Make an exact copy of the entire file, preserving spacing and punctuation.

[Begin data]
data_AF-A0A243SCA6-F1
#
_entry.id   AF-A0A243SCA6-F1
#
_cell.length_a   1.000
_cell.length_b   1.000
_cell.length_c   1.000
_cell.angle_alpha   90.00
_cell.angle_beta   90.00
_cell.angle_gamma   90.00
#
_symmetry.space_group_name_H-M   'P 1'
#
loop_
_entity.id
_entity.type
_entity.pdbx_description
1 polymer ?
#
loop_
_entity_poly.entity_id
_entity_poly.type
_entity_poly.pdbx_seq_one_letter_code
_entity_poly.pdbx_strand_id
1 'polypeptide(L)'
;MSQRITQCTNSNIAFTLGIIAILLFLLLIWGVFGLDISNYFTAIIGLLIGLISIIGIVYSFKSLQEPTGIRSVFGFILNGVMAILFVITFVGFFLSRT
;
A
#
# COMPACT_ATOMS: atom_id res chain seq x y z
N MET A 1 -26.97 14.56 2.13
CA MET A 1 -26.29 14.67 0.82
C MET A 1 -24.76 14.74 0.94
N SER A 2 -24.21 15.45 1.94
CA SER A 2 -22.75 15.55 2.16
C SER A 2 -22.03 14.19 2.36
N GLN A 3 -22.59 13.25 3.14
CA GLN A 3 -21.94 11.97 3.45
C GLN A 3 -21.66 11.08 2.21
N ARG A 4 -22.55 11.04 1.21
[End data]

data_AF-A0A243SCA6-F1
#
_entry.id   AF-A0A243SCA6-F1
#
_cell.length_a   1.000
_cell.length_b   1.000
_cell.length_c   1.000
_cell.angle_alpha   90.00
_cell.angle_beta   90.00
_cell.angle_gamma   90.00
#
_symmetry.space_group_name_H-M   'P 1'
#
loop_
_entity.id
_entity.type
_entity.pdbx_description
1 polymer ?
#
loop_
_entity_poly.entity_id
_entity_poly.type
_entity_poly.pdbx_seq_one_letter_code
_entity_poly.pdbx_strand_id
1 'polypeptide(L)'
;MSQRITQCTNSNIAFTLGIIAILLFLLLIWGVFGLDISNYFTAIIGLLIGLISIIGIVYSFKSLQEPTGIRSVFGFILNGVMAILFVITFVGFFLSRT
;
A
#
# COMPACT_ATOMS: atom_id res chain seq x y z
N MET A 1 -26.97 14.56 2.13
CA MET A 1 -26.29 14.67 0.82
C MET A 1 -24.76 14.74 0.94
N SER A 2 -24.21 15.45 1.94
CA SER A 2 -22.75 15.55 2.16
C SER A 2 -22.03 14.19 2.36
N GLN A 3 -22.59 13.25 3.14
CA GLN A 3 -21.94 11.97 3.45
C GLN A 3 -21.66 11.08 2.21
N ARG A 4 -22.55 11.04 1.21